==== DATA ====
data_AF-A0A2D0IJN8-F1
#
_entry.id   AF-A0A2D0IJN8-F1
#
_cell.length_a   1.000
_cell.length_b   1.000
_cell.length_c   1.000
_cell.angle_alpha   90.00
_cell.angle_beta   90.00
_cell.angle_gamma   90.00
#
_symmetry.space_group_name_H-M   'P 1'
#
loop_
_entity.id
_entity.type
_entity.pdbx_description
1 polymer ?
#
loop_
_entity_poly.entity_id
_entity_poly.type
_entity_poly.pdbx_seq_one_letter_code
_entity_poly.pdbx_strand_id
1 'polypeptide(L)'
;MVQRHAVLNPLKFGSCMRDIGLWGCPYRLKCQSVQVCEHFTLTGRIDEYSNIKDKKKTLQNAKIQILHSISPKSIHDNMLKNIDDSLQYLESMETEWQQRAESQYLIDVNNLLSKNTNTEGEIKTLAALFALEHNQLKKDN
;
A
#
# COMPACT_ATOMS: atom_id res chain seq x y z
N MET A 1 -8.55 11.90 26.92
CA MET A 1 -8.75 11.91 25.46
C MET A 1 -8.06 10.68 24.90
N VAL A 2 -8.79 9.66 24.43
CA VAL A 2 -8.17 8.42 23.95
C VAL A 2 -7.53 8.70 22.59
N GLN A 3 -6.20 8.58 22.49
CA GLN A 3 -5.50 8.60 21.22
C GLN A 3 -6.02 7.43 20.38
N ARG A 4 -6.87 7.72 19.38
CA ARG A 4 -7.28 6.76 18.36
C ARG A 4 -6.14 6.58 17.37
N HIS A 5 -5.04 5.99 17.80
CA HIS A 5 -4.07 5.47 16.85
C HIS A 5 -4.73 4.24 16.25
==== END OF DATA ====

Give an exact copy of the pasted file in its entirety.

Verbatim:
data_AF-A0A2D0IJN8-F1
#
_entry.id   AF-A0A2D0IJN8-F1
#
_cell.length_a   1.000
_cell.length_b   1.000
_cell.length_c   1.000
_cell.angle_alpha   90.00
_cell.angle_beta   90.00
_cell.angle_gamma   90.00
#
_symmetry.space_group_name_H-M   'P 1'
#
loop_
_entity.id
_entity.type
_entity.pdbx_description
1 polymer ?
#
loop_
_entity_poly.entity_id
_entity_poly.type
_entity_poly.pdbx_seq_one_letter_code
_entity_poly.pdbx_strand_id
1 'polypeptide(L)'
;MVQRHAVLNPLKFGSCMRDIGLWGCPYRLKCQSVQVCEHFTLTGRIDEYSNIKDKKKTLQNAKIQILHSISPKSIHDNMLKNIDDSLQYLESMETEWQQRAESQYLIDVNNLLSKNTNTEGEIKTLAALFALEHNQLKKDN
;
A
#
# COMPACT_ATOMS: atom_id res chain seq x y z
N MET A 1 -8.55 11.90 26.92
CA MET A 1 -8.75 11.91 25.46
C MET A 1 -8.06 10.68 24.90
N VAL A 2 -8.79 9.66 24.43
CA VAL A 2 -8.17 8.42 23.95
C VAL A 2 -7.53 8.70 22.59
N GLN A 3 -6.20 8.58 22.49
CA GLN A 3 -5.50 8.60 21.22
C GLN A 3 -6.02 7.43 20.38
N ARG A 4 -6.87 7.72 19.38
CA ARG A 4 -7.28 6.76 18.36
C ARG A 4 -6.14 6.58 17.37
N HIS A 5 -5.04 5.99 17.80
CA HIS A 5 -4.07 5.47 16.85
C HIS A 5 -4.73 4.24 16.25